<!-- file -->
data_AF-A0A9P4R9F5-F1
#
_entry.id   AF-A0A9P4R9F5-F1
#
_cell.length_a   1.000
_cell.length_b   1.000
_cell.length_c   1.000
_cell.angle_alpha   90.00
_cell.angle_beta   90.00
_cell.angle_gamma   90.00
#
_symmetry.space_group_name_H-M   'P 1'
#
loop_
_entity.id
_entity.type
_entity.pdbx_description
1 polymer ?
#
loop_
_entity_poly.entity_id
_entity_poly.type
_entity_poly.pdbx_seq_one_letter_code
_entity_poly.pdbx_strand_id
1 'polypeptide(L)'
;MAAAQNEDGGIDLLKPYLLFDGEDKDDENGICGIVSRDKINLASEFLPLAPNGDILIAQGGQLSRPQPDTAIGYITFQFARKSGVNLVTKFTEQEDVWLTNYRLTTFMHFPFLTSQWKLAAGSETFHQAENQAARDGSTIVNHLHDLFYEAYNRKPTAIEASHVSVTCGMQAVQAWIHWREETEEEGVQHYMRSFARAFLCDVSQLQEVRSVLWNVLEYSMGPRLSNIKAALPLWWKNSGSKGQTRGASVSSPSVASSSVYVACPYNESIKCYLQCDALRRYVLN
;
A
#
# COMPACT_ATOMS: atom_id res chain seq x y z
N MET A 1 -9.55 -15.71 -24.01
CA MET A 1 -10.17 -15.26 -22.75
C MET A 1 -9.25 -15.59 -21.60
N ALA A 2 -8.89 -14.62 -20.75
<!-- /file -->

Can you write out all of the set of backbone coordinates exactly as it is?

data_AF-A0A9P4R9F5-F1
#
_entry.id   AF-A0A9P4R9F5-F1
#
_cell.length_a   1.000
_cell.length_b   1.000
_cell.length_c   1.000
_cell.angle_alpha   90.00
_cell.angle_beta   90.00
_cell.angle_gamma   90.00
#
_symmetry.space_group_name_H-M   'P 1'
#
loop_
_entity.id
_entity.type
_entity.pdbx_description
1 polymer ?
#
loop_
_entity_poly.entity_id
_entity_poly.type
_entity_poly.pdbx_seq_one_letter_code
_entity_poly.pdbx_strand_id
1 'polypeptide(L)'
;MAAAQNEDGGIDLLKPYLLFDGEDKDDENGICGIVSRDKINLASEFLPLAPNGDILIAQGGQLSRPQPDTAIGYITFQFARKSGVNLVTKFTEQEDVWLTNYRLTTFMHFPFLTSQWKLAAGSETFHQAENQAARDGSTIVNHLHDLFYEAYNRKPTAIEASHVSVTCGMQAVQAWIHWREETEEEGVQHYMRSFARAFLCDVSQLQEVRSVLWNVLEYSMGPRLSNIKAALPLWWKNSGSKGQTRGASVSSPSVASSSVYVACPYNESIKCYLQCDALRRYVLN
;
A
#
# COMPACT_ATOMS: atom_id res chain seq x y z
N MET A 1 -9.55 -15.71 -24.01
CA MET A 1 -10.17 -15.26 -22.75
C MET A 1 -9.25 -15.59 -21.60
N ALA A 2 -8.89 -14.62 -20.75